The New York Timesand Los Angeles Timeslead with a U.N.-appointed commission finding no evidence that Secretary-General Kofi Annan influenced the United Nations' decision to award a multimillion-dollar contract to a company that employed his son. But the report also criticizes Annan for having initially blown-off questions about the conflict of interest. The Wall Street Journal, which previewed the report yesterday, tops its world-wide newsbox with Annan's response to questions about whether he will resign, as some Republican congressional critics have called for. "Hell no," he said.
The Washington Postleads with another sneak peek at the report from the presidential commission tasked with delving into U.S. intel snafus. The Post highlights the report's focus on the need to encourage dissent and divergent opinions. Among the brainstorms floated: creating an ombudsman to hear from disgruntled analysts and keeping overlapping specialists at disparate agencies. USA Today's lead looks at the beating the Abrams battle tank is taking in Iraq. Built for tank-to-tank combat, about 80 have been effectively knocked out (compared with 17 in the first Gulf War). And then there's this stat: Of the roughly 1,000 Abramses in Iraq, about 70 percent have been hit by enemy fire. (Most sustained only minor damage.) The military is designing an add-on kit to help the tank operate in urban areas.
The LAT and NYT front the Iraqi national assembly again meeting and again breaking up without naming a government. With Kurdish and Shiite leaders still fighting over control of ministries and no Sunnis biting on the ceremonial leadership positions, the meeting degenerated within minutes into a shouting session. Then officials told the media to skedaddle. At that, says the Post, the local stations that had been carrying the meeting live dutifully switched to an Iraqi singer belting out, "My Homeland, My Homeland."
In a Page One piece, the NYT says flight records match up nearly perfectly with the recollections of a Canadian engineer, Maher Arar, who says he was grabbed by U.S. officials, tossed on a plane, and sent to Syria, where he was tortured. "I think that's it," he said, looking at a photo of the jet. "I think you've found the plane that took me."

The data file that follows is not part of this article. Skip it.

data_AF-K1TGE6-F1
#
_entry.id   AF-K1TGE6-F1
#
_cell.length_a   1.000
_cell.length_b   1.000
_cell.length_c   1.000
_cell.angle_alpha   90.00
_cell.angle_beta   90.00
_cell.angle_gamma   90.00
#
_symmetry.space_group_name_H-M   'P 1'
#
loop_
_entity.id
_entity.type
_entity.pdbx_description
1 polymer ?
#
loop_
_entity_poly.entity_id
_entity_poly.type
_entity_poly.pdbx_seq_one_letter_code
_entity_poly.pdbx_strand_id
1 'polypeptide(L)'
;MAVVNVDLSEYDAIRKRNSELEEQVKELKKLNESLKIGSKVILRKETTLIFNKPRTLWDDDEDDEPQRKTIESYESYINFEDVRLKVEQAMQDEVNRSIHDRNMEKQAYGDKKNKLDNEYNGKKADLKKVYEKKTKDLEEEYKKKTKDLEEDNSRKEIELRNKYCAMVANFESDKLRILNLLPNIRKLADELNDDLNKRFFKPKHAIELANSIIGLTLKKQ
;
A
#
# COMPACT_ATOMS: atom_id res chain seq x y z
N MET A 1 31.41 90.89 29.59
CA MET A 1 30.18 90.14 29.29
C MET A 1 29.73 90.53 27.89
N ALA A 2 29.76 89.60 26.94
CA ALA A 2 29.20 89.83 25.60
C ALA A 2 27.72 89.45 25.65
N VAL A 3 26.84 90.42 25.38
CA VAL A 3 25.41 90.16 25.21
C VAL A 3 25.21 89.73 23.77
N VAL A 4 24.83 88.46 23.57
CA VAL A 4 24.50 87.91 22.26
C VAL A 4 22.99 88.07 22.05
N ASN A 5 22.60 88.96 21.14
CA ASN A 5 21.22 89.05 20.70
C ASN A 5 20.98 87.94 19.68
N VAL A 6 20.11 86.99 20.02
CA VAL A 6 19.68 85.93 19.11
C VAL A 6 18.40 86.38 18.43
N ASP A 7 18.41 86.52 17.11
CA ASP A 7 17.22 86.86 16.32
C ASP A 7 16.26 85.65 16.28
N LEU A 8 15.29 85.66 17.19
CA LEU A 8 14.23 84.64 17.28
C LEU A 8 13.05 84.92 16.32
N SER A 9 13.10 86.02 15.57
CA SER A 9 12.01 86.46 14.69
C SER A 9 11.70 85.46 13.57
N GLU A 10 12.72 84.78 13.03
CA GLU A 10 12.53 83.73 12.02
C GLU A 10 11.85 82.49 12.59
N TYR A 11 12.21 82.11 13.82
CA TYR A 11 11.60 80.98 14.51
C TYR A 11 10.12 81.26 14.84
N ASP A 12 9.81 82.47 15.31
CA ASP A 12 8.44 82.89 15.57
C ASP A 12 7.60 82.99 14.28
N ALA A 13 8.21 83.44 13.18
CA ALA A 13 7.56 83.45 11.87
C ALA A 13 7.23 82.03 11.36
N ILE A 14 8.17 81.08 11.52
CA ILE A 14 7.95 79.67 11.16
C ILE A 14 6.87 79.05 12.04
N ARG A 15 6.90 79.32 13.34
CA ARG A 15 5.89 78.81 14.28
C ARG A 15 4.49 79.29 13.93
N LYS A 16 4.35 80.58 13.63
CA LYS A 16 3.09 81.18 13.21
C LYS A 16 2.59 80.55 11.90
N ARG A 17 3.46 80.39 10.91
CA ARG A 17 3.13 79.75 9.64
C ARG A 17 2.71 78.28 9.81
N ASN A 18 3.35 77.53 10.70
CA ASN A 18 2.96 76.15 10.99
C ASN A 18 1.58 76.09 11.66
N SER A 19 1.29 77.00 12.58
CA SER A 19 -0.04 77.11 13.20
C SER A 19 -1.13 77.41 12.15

The LAT fronts the case of a Yemeni who apparently faced reserve-rendition: He was somehow nabbed off the streets in Egypt in 2002—after which his family didn't hear from him for 19 months—and then turned up at a U.S. prison in Afghanistan. According to his latest letter, he's now at Gitmo.
The WP off-leads and NYT fronts the Supreme Court decision strengthening the Title IX law. By a 5-4 vote, the Justices ruled that the law prohibits not only unequal treatment of girls and women in federally funded education programs but also prohibits retaliation against whistle-blowers, whatever their sex.
Reports are still sketchy from the islands closest to Monday's quake. But Indonesian officials now estimate at least 1,000 people died.
Penning a NYT op-ed, former Republican senator and recent ambassador to the United Nations John Danforth, goes after his own party, big-time: The GOP "has gone so far in adopting a sectarian agenda that it has become the political extension of a religious movement."
The LAT and WP front the death of superstar lawyer Johnnie Cochran. Cochran had long said his top moment came when he convinced a court to overturn the murder conviction of former Black Panther Geronimo Pratt. Of course, Cochran knew what his enduring legacy would be: "If the glove doesn't fit, you must acquit." The twist: The phrase wasn't really Cochran's. One of his colleagues suggested it. Cochran was 67; he died of a brain tumor.